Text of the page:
rivers. and dumping a layer of ash and gravel three feet deep. and then we soared upwards, towards the volcano. these geologists here are using that infrared camera you see right there to try to get better readings of what's going on behind all of that smoke and that ash, to better forecast what this volcano might do. while they expect another eruption, scientists concede they don't know if it's hours or months away. matt gutman, abc news, miami. >> matt, thank you. meantime tonight, another volcano in the headlines. this one closer to home on hawaii's big island. the kilauea volcano, a lava lake at the summit tonight, overflowing. and you can hear it. crackling there in the distance. crowds gathering to get a look. it looks and sounds ferocious, but officials say right now, those pictures pose no risk. now to the warning in the waters tonight, also in hawaii. word of a first deadly shark attack on a popular beach in many years. authorities believe a 65-year-old woman snorkeling was attacked and killed.
there is also concern tonight on the california coastline. that's seal beach you're looking at. a surfer and also the shark. tonight, authorities warning swimmers to be on alert. the first double sighting on that beach in 25 years. abc's kendis gibson on that warning and on the attack in hawaii. >> reporter: tonight, close encounters with sharks appearing to turn deadly. a popular maui beach closed off following the death of margaret cruse. the 65-year-old reportedly separated from two friends while out snorkeling. she was later found unresponsive, floating face-down, only 200 yards offshore. officials saying her injuries were consistent with a shark attack. if confirmed, it's the first fatal shark attack in the u.s. since 2013. here in southern california, sharks also have this community on edge. several great white sightings offshore prompting these warning signs. you can see from the air, kite boarders getting uncomfortably close to them. >> wakes you up a little bit.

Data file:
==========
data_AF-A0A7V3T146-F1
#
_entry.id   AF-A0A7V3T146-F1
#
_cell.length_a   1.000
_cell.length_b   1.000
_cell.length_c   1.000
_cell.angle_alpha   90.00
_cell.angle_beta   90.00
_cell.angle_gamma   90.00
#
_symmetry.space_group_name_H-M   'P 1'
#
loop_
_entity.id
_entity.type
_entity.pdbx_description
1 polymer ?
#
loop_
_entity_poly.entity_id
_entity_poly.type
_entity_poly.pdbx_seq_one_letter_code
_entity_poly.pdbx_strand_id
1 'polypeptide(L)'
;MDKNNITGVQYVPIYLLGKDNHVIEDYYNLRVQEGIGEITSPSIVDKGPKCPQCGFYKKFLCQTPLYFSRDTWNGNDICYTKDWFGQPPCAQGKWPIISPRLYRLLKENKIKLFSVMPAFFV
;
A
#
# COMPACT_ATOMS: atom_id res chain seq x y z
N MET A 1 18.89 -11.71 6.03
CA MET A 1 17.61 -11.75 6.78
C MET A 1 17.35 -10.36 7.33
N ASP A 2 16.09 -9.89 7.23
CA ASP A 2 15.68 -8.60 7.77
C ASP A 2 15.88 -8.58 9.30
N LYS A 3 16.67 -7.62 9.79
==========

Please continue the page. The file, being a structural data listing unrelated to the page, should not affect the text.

>> get out of the water! >> reporter: while deaths are rare, encounters are not. and two-thirds of all shark attacks on earth take place in the u.s. in september, ida parker and christian oar were kayaking off cape cod when a great white attacked. they made this 911 call from the water. >> was there a seal? >> no, no. there's something in the water. >> reporter: those bite marks a reminder that we share the water with some powerful predators. kendis gibson, abc news, los angeles. to georgia tonight, and a new development in that cheating scandal. teachers and school administrators sentenced to prison. well, this evening, the three with the stiffest penalties, seven years behind bars, their sentences reduced by more than half, down to three years now in an unusual move. the judge taking action on his own. now, to chicago, and the big night for the nfl, draft day. 32 teams tonight selecting the best players ss in college football. but all eyes on florida state quarterback, jameis winston, the the coveted star, despite his history of legal problems. abc's linsey davis with the images tonight the player hopes